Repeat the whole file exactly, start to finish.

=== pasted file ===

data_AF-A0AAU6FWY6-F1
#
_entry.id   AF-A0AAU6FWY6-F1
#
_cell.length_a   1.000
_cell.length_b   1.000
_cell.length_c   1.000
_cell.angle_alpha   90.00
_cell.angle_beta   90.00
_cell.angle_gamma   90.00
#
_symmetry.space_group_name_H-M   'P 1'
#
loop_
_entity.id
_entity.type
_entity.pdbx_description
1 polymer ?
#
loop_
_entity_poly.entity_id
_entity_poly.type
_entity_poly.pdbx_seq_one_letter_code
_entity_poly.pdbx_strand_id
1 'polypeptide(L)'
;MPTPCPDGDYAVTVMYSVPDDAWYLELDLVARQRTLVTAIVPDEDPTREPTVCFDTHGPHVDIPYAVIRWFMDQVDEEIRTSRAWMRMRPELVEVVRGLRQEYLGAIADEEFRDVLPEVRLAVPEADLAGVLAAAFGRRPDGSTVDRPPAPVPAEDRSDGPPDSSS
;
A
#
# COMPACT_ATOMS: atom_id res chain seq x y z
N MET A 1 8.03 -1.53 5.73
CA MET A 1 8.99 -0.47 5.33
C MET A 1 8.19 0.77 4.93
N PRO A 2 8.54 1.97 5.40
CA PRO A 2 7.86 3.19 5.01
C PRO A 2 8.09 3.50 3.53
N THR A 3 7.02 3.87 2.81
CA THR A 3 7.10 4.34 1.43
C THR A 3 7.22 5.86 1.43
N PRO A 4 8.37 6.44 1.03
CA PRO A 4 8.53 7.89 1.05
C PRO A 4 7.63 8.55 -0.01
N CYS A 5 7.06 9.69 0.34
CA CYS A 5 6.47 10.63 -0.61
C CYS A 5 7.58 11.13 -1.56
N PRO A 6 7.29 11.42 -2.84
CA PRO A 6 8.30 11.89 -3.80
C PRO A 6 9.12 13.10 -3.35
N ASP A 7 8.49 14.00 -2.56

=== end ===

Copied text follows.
data_AF-A0AAU6FWY6-F1
#
_entry.id   AF-A0AAU6FWY6-F1
#
_cell.length_a   1.000
_cell.length_b   1.000
_cell.length_c   1.000
_cell.angle_alpha   90.00
_cell.angle_beta   90.00
_cell.angle_gamma   90.00
#
_symmetry.space_group_name_H-M   'P 1'
#
loop_
_entity.id
_entity.type
_entity.pdbx_description
1 polymer ?
#
loop_
_entity_poly.entity_id
_entity_poly.type
_entity_poly.pdbx_seq_one_letter_code
_entity_poly.pdbx_strand_id
1 'polypeptide(L)'
;MPTPCPDGDYAVTVMYSVPDDAWYLELDLVARQRTLVTAIVPDEDPTREPTVCFDTHGPHVDIPYAVIRWFMDQVDEEIRTSRAWMRMRPELVEVVRGLRQEYLGAIADEEFRDVLPEVRLAVPEADLAGVLAAAFGRRPDGSTVDRPPAPVPAEDRSDGPPDSSS
;
A
#
# COMPACT_ATOMS: atom_id res chain seq x y z
N MET A 1 8.03 -1.53 5.73
CA MET A 1 8.99 -0.47 5.33
C MET A 1 8.19 0.77 4.93
N PRO A 2 8.54 1.97 5.40
CA PRO A 2 7.86 3.19 5.01
C PRO A 2 8.09 3.50 3.53
N THR A 3 7.02 3.87 2.81
CA THR A 3 7.10 4.34 1.43
C THR A 3 7.22 5.86 1.43
N PRO A 4 8.37 6.44 1.03
CA PRO A 4 8.53 7.89 1.05
C PRO A 4 7.63 8.55 -0.01
N CYS A 5 7.06 9.69 0.34
CA CYS A 5 6.47 10.63 -0.61
C CYS A 5 7.58 11.13 -1.56
N PRO A 6 7.29 11.42 -2.84
CA PRO A 6 8.30 11.89 -3.80
C PRO A 6 9.12 13.10 -3.35
N ASP A 7 8.49 14.00 -2.56